After three years the Auckland Nines has a third different champion after the Parramatta Eels downed the favourites (of both the home fans and the bookies) the Warriors with a great exhibition of Nines football.
Here are some of the talking points to present themselves out of a second action packed day.
Team try of the day
Titans: Yet again there were countless candidates in another frenetic day of attacking rugby league. We'll give the nod to a wonderful length of the field effort started and finished by one of the best players of the weekend, Titans prop Agnatius Paasi, in the side's semi-final loss to the Warriors. After a play-the-ball just inside their half, playmaker Tyrone Roberts found Nene McDonald who stepped on the gas and popped it to Greg Bird who surged across the advantage line and flung a neat offload around the back of the defence to a wide-running Paasi. The big man streaked downfield showing remarkable pace. As the defence caught up he laid it back to fellow team-of-the-tournament member Chris McQueen who stepped out of one tackle and almost made it to the line and offloaded again to Paasi just inside the corner post and ran around to plant the ball down. Unluckily for his side it was their last four-pointer of the tournament.
Solo try of the day
Latrell Mitchell: This one has to go to impressive Roosters youngster Mitchell in what was actually the very first try of the day. Receiving the ball out on the right wing just five metres from his own try-line he hit the afterburners and raced around the edge of the Storm defence where the 18-year-old burned past first Richie Kennar then Dale Finucane on a 98-metre dash to the line.
Crowd moment of the day
Shaun Johnson: As with the first day, an individual piece of brilliance from hometown hero Shaun Johnson brought the biggest cheer of the day, and this one was even more impressive as a standalone piece of football. After a loss to the Sea Eagles yesterday the Warriors needed to beat Brisbane just to progress to the quarters and at 8-all with a minute left things were looking quite grim. With a field goal starting to look a serious option the Warriors were struggling just to get anywhere in range. After a pretty good set the final tackle came with the scattered Warriors needing something special from their skipper. And he delivered. From 25 metres out with a set defensive line in front of him he ran, he stepped, he ran and stepped again, skipped through a desperate last-ditch tackle and left most of the Brisbane team in his wake as he surged over under the posts to send the capacity crowd, in a heartbeat, from utter dejection to total elation.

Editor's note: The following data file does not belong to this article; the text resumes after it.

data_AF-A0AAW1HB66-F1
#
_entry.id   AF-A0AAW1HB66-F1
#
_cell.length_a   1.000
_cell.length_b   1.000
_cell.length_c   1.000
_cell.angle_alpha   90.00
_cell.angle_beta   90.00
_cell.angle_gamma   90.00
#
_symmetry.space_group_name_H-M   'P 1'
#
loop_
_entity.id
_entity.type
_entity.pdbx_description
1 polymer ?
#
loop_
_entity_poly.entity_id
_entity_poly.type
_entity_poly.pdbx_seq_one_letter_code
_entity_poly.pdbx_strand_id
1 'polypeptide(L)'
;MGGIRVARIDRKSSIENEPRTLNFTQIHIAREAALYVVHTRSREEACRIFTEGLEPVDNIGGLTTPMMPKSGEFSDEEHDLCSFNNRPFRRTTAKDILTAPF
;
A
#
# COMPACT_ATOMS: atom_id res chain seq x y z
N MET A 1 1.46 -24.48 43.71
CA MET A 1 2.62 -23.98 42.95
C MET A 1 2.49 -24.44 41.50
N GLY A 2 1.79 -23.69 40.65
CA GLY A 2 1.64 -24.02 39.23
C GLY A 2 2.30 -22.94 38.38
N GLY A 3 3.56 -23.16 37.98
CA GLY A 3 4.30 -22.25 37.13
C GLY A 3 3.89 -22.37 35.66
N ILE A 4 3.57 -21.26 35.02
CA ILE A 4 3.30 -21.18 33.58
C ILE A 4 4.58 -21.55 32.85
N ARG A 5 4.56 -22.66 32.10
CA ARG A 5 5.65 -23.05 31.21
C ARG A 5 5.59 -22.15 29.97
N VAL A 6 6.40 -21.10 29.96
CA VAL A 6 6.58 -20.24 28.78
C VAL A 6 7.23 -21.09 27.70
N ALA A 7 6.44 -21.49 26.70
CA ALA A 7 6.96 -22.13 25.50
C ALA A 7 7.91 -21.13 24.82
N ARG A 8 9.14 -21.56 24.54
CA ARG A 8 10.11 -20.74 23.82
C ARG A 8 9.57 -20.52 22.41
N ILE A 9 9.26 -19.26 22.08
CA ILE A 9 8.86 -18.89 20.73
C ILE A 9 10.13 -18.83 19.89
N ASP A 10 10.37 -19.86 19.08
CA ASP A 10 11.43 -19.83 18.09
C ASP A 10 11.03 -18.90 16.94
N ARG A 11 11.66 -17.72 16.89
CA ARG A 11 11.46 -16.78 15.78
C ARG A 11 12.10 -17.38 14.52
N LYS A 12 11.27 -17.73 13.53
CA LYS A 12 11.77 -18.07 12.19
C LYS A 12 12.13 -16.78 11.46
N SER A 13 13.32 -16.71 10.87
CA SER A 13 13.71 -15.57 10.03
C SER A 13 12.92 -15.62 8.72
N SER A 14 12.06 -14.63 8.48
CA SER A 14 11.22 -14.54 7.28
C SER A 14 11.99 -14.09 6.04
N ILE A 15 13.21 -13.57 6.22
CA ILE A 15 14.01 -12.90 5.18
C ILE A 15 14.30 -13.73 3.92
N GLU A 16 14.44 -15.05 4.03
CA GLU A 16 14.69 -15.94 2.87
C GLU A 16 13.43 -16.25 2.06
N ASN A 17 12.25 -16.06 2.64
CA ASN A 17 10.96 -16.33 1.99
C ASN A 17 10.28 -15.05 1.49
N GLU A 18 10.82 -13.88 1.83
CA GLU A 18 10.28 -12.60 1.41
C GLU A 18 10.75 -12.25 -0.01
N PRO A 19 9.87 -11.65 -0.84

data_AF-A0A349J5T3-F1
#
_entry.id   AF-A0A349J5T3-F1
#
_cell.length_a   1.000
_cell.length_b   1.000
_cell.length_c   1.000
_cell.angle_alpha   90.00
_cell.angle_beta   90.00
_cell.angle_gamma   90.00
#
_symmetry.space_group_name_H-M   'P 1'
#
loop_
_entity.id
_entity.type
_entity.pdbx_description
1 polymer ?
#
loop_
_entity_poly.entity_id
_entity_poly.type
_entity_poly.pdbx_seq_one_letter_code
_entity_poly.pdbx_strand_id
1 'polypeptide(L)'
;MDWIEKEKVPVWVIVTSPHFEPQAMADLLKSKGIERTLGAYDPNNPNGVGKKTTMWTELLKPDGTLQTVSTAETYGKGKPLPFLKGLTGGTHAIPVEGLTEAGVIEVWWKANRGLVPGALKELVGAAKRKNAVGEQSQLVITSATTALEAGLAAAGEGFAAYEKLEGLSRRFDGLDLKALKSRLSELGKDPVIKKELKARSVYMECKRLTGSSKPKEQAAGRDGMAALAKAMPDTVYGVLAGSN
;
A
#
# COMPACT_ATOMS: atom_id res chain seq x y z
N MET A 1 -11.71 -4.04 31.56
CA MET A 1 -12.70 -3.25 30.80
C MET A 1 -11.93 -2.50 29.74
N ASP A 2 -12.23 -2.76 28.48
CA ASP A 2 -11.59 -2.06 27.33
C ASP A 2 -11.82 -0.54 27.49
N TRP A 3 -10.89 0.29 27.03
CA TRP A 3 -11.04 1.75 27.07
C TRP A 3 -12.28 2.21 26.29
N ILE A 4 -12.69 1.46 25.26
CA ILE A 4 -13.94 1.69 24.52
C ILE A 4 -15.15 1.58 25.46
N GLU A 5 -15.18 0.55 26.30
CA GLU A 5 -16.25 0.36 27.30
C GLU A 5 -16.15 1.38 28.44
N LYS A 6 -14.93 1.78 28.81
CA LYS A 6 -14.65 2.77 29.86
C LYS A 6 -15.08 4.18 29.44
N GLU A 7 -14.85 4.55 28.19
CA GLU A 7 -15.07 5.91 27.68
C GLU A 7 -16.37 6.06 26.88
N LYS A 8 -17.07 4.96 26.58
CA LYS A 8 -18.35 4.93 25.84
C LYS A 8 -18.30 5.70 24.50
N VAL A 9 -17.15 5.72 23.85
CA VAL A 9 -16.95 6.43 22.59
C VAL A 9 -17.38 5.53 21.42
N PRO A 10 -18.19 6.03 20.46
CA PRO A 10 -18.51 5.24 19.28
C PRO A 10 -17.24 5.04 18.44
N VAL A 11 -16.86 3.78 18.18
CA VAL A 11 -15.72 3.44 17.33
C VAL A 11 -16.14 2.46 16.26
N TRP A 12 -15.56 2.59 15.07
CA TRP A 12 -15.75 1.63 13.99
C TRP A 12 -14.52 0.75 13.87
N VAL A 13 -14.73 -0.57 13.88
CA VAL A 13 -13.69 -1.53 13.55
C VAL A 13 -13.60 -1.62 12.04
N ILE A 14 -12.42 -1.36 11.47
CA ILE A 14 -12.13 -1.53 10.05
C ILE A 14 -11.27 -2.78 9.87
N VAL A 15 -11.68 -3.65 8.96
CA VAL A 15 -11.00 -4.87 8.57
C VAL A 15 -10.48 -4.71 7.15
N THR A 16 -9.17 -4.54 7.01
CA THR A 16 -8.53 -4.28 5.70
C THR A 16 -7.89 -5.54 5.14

Breakout star of the day
Bevan French: The young Eels fullback looked good on day one, bagging two tries in total, but he got everyone's attention on day two with six more tries – making it eight in five games – helping his side to the trophy in the process. He's a fair way off a first grade start yet, according to his coach, but if this weekend is anything to go by a future star has been born.
Team of the day
Parramatta: Who else? Long-suffering Eels fans got their first piece of silverware since a World Sevens title in 2003 on the back of polished and relentless short-form football. Their forwards dominated, their halves kicked and passed to perfection, their outside backs struck and struck again. Well done Eels.
Player of the day
Corey Norman: Again, there was only one real candidate. The Eels skipper was in everything: setting up tries, kicking conversions from touch, probing with his running game, kicking with skill and accuracy and controlling things with maturity on his way to a deserved tournament MVP award.
And what does it mean for the Eels?
The inaugural 2014 champions, North Queensland, won the NRL comp the following year while 2015 Nines champs South Sydney were reigning NRL premiers at that point. There is clearly a very limited correlation you could draw given the under-strength teams named by some clubs but the more superstitious types (and Parramatta fans) will hope it signals something bright ahead. Realistically though it's a definite confidence boost for the club and a positive nod towards the culture Brad Arthur is instilling in his charges. The fact they look comfortable playing some free-flowing attacking football can't hurt either.